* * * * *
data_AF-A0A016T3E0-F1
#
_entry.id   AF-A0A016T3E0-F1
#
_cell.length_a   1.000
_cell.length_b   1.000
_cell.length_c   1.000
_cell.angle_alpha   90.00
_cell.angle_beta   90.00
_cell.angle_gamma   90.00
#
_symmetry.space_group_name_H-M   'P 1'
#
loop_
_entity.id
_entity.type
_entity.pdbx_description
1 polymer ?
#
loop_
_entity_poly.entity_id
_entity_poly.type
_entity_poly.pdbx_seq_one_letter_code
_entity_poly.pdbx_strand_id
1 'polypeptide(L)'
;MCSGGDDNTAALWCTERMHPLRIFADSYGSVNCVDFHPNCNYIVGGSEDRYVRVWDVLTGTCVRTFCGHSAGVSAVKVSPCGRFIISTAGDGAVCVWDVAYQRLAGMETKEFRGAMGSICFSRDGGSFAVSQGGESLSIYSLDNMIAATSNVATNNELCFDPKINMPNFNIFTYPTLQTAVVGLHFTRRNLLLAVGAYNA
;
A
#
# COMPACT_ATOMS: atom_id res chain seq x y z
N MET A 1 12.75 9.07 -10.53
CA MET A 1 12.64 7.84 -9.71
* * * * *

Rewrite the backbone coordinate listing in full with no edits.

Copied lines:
data_AF-A0A016T3E0-F1
#
_entry.id   AF-A0A016T3E0-F1
#
_cell.length_a   1.000
_cell.length_b   1.000
_cell.length_c   1.000
_cell.angle_alpha   90.00
_cell.angle_beta   90.00
_cell.angle_gamma   90.00
#
_symmetry.space_group_name_H-M   'P 1'
#
loop_
_entity.id
_entity.type
_entity.pdbx_description
1 polymer ?
#
loop_
_entity_poly.entity_id
_entity_poly.type
_entity_poly.pdbx_seq_one_letter_code
_entity_poly.pdbx_strand_id
1 'polypeptide(L)'
;MCSGGDDNTAALWCTERMHPLRIFADSYGSVNCVDFHPNCNYIVGGSEDRYVRVWDVLTGTCVRTFCGHSAGVSAVKVSPCGRFIISTAGDGAVCVWDVAYQRLAGMETKEFRGAMGSICFSRDGGSFAVSQGGESLSIYSLDNMIAATSNVATNNELCFDPKINMPNFNIFTYPTLQTAVVGLHFTRRNLLLAVGAYNA
;
A
#
# COMPACT_ATOMS: atom_id res chain seq x y z
N MET A 1 12.75 9.07 -10.53
CA MET A 1 12.64 7.84 -9.71